Nia really is a lifestyle. That sounds glib. But Nia is giving me a new way of looking at my life, of living my life. I won’t say that it has changed my life, because it’s more of an on-going process than one that has one particular goal or end. In superficial ways, it has changed my life: I left academia with the knowledge that I was going to train and become a Nia teacher and I am walking – dancing- that path now. But what I want to explore here, now is a deeper, revolutionary change in my life.
For example, I’ve always enjoyed the tae kwon do aspects of Nia. The kicks, the strong, lightening-quick punches, the strong blocks, the forceful chops, the almost-primal vocalizations ‘HAH!’ ‘HEY!’ or ‘NO,’ the very yang-ness of it all. When I first started doing Nia I always thought that it was funny (funny odd, not funny ha-ha) that I liked dancing those moves so much because I think of myself as a fairly peaceful person. The pain of other people, of other animals, pains and anguishes me. I find boxing revolting. And war – well I can’t even begin to say how much I think war is wrong, that’s a whole other topic worth several posts. But while at the White Belt Intensive one of my fellow classmates said she was having a hard time making a fist and I marveled at how I had no problem with that, even though I could see her point., theoretically. My love of the tae kwon do movements was unencumbered by emotion. So why should I enjoy being so almost adversarial when dancing tae kwon do moves? I put it down to two things: 1) I was getting out and working through some natural but transitory frustration (i.e., annoyance at something a committee member said, or a reviewer’s comment on a paper I was trying to publish, or a thorny statistical problem, or a particularly annoying student, or at the myriad of little frustrations of being a graduate student), 2) I was reveling in the chance to express the non-feminine, non-traditional, unexpected and often unaccepted (by society and, by extension, me) aspects of my personality. And I believe both of these things are true.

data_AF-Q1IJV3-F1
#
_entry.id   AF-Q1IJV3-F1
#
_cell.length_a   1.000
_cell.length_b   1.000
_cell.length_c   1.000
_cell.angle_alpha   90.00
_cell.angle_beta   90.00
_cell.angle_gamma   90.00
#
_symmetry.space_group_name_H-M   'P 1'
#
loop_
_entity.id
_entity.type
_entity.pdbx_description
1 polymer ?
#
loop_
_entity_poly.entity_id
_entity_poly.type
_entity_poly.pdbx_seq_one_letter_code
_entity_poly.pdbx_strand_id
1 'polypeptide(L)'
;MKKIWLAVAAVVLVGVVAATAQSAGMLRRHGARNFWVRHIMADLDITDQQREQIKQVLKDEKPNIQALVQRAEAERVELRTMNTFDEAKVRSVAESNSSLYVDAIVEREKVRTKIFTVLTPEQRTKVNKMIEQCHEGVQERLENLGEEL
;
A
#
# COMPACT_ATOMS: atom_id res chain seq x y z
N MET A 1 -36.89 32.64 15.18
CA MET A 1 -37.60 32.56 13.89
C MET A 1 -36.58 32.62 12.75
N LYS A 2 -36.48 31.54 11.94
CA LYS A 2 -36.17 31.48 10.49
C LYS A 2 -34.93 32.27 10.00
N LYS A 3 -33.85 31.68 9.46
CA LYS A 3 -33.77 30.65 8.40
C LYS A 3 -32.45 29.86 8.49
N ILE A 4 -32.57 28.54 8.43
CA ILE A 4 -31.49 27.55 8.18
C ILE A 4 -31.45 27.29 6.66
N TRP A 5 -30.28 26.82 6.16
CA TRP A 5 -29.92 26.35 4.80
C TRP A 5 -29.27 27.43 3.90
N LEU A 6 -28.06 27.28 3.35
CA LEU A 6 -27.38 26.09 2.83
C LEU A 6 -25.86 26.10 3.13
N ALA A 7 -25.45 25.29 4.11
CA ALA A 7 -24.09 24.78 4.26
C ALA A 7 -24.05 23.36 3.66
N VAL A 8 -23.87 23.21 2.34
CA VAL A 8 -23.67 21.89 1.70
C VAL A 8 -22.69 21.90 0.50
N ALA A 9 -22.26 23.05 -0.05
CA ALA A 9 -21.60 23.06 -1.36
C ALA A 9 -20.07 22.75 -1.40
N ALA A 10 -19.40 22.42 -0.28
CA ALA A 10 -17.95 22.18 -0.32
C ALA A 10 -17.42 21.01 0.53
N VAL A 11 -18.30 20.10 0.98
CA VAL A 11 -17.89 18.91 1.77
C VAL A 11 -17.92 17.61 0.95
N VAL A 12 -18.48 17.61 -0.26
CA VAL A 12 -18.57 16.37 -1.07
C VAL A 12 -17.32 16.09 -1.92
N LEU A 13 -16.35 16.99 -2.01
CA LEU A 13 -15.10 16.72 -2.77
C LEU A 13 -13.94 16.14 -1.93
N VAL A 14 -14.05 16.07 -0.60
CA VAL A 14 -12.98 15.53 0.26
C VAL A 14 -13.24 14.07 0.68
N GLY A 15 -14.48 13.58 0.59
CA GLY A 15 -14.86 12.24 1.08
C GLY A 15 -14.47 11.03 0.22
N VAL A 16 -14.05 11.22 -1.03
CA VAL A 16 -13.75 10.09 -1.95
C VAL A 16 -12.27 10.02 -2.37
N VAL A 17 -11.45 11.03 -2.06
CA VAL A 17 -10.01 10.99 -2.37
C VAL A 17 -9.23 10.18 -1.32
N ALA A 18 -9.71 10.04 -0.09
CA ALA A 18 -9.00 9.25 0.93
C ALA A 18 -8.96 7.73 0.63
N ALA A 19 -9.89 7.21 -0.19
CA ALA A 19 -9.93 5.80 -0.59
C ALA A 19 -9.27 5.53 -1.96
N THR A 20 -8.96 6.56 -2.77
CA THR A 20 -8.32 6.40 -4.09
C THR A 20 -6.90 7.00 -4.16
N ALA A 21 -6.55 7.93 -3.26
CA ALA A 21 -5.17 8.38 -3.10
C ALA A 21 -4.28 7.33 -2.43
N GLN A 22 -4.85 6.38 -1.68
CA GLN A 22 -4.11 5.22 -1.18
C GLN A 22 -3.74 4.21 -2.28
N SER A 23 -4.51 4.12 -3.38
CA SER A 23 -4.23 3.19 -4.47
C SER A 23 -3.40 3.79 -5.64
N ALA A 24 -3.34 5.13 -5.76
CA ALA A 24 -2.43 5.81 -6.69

However, recently I began to think that there was something deeper going on here. My biological family are, in general, fighters. My parents fought, loudly and without restraint. Don’t get me wrong, it was always verbal, dishes didn’t even get broken. My brother and I fought, both with each other and with our parents. My father’s temper was legendary and my mother’s not far behind. In fact, a temper is a characteristic of my father’s family (the Bellas): whenever someone has a new child that everyone else in the extended family is meeting for the first time and said child throw a tantrum, we all turn to the mother and father and say, ‘Oh, I’m so sorry, he/she inherited the Bella temper!’ And then there is the amazing lengths to which the Bella family’s (and Mami Deer’s too) stubbornness will extend. I have that temper and stubbornness too. It may take more to set the temper off, such that lots of my friends don’t even realize I have a bad one. But it’s there and expresses itself most often when interacting with my family. I get very defensive and intractable. And thus what may have started as a reasonable discussion about nothing in particular becomes a shouting match about whether a radio station I’ve never listened to plays ‘good’ Mexican music or not, to cite one recent example. These aspects of my personality also came out regularly when I dealt with my PhD committee members. I started out on the defensive and this led to incredibly fraught committee meetings and ultimately led to the time when I, as the sqvirrel puts it, ‘dropped the f-bomb’ during my dissertation defense. I’ve always prided myself as someone who is not afraid of confrontation.